It is not difficult to find Jeremiah Bolanos on YouTube. Just Google him.

Boom. There’s the Redlands East Valley triple jumper, bounding down the runway with the Metro Boomin/Future/Chris Brown rap song “Superhero” playing in the background.

To wit:

“I get to stacking up, I’m untouchable

I get to represent, money multiple

I’m at the top of my charts, unapproachable.”

Bolanos, 18, explained his triple jump technique before a recent workout.

“First there’s the approach,” he said. “You have to sprint and build speed. Then you push off the board and try to get the most distance you can. It’s like you’re sky walking. Then you bound and jump into the pit, pulling your knees up to your chest to get the most distance you can.”

The track and field athlete excels, leading the state for more than a month this season with a jump of 47 feet, 6 inches. This weekend he competes in the CIF-State meet at Buchanan High in Clovis. How he arrived is incredible. It is a testament to his talent and the grit of his parents, Gerry and Esther, both immigrants.


There is a painting on the wall of the family’s split-level home in Redlands. On the left is the flag of Mexico from which Gerry hails; on the right is the flag of Kenya, Esther’s native land.

“I grew up in a village called Nyahuru with no running water and no electricity,” Esther said. “We were farmers, and it was a hard life. We relied on rain for food and if it didn’t rain, we experienced hunger. I remember my mom crying a lot, not knowing what she was going to feed us.”

Times were tough when Esther arrived in the United States as well.

She gave birth to Jeremiah at the age of 19, was not married, and had no place of her own.

“We were homeless for a number of years,” Esther said. “Living in my car — it sounds difficult, but it was part of my journey. I wasn’t willing to drop out of school and give up on my dreams of providing Jeremiah with a better future.”

So Esther huddled under a blanket in her little Honda, studied by the dome light, and washed in the sink of a nearby gas station.

Jeremiah stayed with his grandfather, Jose Bolanos, in Hemet at times. His mom studied nursing at East Los Angeles Community College and then at night school. Then a chance meeting with Gerry altered her life.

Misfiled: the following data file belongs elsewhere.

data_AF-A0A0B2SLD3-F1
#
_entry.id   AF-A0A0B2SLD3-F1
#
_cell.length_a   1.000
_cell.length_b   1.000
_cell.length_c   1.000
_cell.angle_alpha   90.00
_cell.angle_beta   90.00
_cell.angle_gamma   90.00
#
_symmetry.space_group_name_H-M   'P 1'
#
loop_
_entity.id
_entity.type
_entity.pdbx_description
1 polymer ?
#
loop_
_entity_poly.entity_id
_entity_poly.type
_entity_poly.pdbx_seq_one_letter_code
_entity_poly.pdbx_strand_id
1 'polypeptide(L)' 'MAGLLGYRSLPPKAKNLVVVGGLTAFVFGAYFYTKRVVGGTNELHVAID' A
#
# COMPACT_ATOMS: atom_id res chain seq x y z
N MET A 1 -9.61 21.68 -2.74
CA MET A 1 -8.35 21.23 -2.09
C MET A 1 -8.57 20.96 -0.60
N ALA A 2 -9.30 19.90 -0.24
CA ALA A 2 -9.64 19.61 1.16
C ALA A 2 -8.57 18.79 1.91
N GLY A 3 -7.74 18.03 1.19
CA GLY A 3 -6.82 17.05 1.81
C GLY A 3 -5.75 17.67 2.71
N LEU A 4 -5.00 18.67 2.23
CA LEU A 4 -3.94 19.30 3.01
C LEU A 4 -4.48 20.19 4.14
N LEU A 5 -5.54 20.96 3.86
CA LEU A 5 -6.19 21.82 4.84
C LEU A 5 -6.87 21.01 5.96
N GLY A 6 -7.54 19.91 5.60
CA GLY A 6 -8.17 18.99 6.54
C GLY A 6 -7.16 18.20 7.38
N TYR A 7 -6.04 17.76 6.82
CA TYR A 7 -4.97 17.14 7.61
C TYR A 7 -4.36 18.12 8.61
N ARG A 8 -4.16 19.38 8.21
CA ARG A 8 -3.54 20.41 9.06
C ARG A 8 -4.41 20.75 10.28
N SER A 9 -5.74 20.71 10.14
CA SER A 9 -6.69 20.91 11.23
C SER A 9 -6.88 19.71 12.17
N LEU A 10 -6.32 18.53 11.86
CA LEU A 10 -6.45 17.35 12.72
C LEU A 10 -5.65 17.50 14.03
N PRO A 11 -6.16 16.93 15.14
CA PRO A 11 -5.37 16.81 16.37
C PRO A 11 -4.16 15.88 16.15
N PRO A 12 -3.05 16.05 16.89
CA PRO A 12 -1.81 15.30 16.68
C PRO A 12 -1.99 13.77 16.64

“We met near my school in Los Angeles in a CVS parking lot,” Esther said. “He was driving for FedEx, and he blocked me in, and I gave him a hard time about it.”

The memory made Jeremiah, seated in the family room with his parents, laugh. He has heard the tale before.

“I told myself that if you don’t talk to this girl, you’re going to regret it the rest of your life,” Gerry said.

The couple chatted and Esther told of her plight. The minutes melted away and soon Gerry had to leave. But first he obtained Esther’s phone number.

Thinking back, Gerry is amazed at Esther’s resolve.

“I could not believe the hardship she was facing and how her spirit was so high and how she was committed to being a nurse,” he said. “I was blown away by her personality — she was like nobody I had ever met before.”


Last week was sublime for Jeremiah Bolanos. On Monday, May 15, he attended the Ken Hubbs Award banquet where he was named Redlands East Valley’s best male athlete. Two days later, he committed to Cal, one of the nation’s finest public institutions. Two days after that, he qualified for the CIF-State championships, the pinnacle of California schoolboy track and field.

“I’ve been coaching 22 years and he’s the hardest worker I’ve ever had,” said David Parsons, who coaches Bolanos along with REV head coach Camille Andreas. “He’s very balanced, will graduate with a 4.0, and just loves to compete.”

Discipline is the key, the teen’s mom said. It was ingrained at a young age.

“A big part of how we raised Jeremiah is how we were raised,” Esther said. “The village raises the child. If I did something wrong in school, I’d get a whipping. In middle school if Jeremiah did something wrong his grandfather would say, ‘Don’t be so hard on him.’ I’d say, ‘Well, you were hard on me. That’s why I’m the woman I am today.’”


Years have passed and now Bolanos is a straight-A student. He rocks a Cal ballcap. And he is on the cusp of state track and field glory.

“I think he’ll do really well,” Andreas said. “He’s ready mentally. Committing to a college took a lot of pressure off him.”

A triple jumper for fewer than two full seasons, Bolanos is honed to a sharp edge by Andreas and Parsons. He regularly rises at 4:30 a.m. to lift with Parsons at a local gym and run a grass mountain at Caroline Park.

Bolanos cherishes the triple jump.

“It’s like a piece of art,” the REV senior said. “It’s poetry in motion and beautiful to watch.”

Watching Bolanos from the stands this weekend in Clovis will be his proud parents who have played such a pivotal role.

“He didn’t have the best start in life with a 19-year-old mom raising him,” Esther said. “But we’ve risen from the ashes. Seeing him go to Berkeley makes me want to cry, and I’m so proud to call him my son.”


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